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OSU athletic traditions make college years worthwhile

Cody Cousino/ Photo editor

On Feb. 26, Ohio State celebrated William Buford, the lone senior on the men’s basketball team. I was just another bystander watching from the sidelines as Gene Smith pulled him aside and told him to “Make it a big one,” and as Buford’s mother buried her head into her son’s arm, overwhelmed by tears. But minutes later, when the Buford family was on the court and the announcer was summarizing Buford’s career for the crowd, I was hit with the finality of the scene, not just for Buford, but also for myself.

That moment was a culmination of everything that I had hoped for when I chose to be a Buckeye instead of a Wolverine, Badger or Terrapin. I wanted strong academics. Check. I wanted a campus that just felt right. Check. There is nothing quite like the Oval on a perfect fall day. And I wanted a school with a sports tradition.

I love sports passionately. A sports tradition was important to me for that reason, but also because I believed then, and still do believe, that sports are a tremendous unifier of people. Different as we all might be, we can come together under the banner of our teams and pride in our school.

For me, that is Buckeye Nation in a nutshell. As much as college is about the classroom and as much as I have appreciated the caliber of my education, so much of my college experience has been framed by OSU’s sports and the experiences I’ve had as a spectator and as an intern for the Department of Athletics.

I will never forget the awe I felt at my first football game at the ‘Shoe. I had been on campus and in classes for about a week, but it was on that Saturday that I became a Buckeye. I always swell with pride when I remember the day that about 20,000 voices at the Schottenstein Center came together to tell Wisconsin’s Bo Ryan to “Deal With It” and I was compelled to call home to ensure that my family was experiencing it with me. As an intern, I stood just feet from the football team as they sang “Carmen Ohio” after the heart-stopping and exhilarating showdown that was the Wisconsin game.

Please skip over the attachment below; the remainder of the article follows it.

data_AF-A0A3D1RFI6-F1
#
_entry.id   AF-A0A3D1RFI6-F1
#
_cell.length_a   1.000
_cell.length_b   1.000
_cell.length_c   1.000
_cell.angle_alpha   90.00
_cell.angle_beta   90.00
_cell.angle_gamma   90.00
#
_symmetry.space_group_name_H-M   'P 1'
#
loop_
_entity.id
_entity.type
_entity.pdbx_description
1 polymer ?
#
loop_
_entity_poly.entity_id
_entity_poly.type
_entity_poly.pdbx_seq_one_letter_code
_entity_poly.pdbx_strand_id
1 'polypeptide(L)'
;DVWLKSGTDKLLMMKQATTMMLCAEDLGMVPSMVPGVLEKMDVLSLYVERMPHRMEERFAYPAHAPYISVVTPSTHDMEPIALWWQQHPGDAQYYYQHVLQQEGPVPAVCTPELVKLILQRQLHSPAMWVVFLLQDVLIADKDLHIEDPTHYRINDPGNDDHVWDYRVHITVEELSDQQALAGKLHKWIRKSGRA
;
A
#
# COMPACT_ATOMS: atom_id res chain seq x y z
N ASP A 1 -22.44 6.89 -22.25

Amid all of this large-program success, it is easy to forget how lucky we are to have the diverse athletic program that we do. I discovered baseball was my favorite Buckeye sport when I celebrated Alex Wimmers’ no-hitter against Michigan with my younger sister and my closest friends. I was a bundle of nerves while the women’s basketball team showed their grit and determination and eventually came back to win against Florida State. I have been awed by the power and strength displayed by the women’s volleyball team. During a men’s volleyball game, I helped President E. Gordon Gee lead an unusual and hysterical game of “Gee Says.” I have walked past the men’s ice hockey team’s bench more times than my nose would prefer to remember, but on one of those many trips, I met an incredible alumnus who spearheaded the campaign to make hockey a varsity sport at OSU in the ‘60s.

I cannot begin to know what the last four years have meant to Buford, but as I prepare for graduation in less than two weeks, I know that my time spent here would have been a lot less meaningful had it not been for our Buckeye athletes … all of them.

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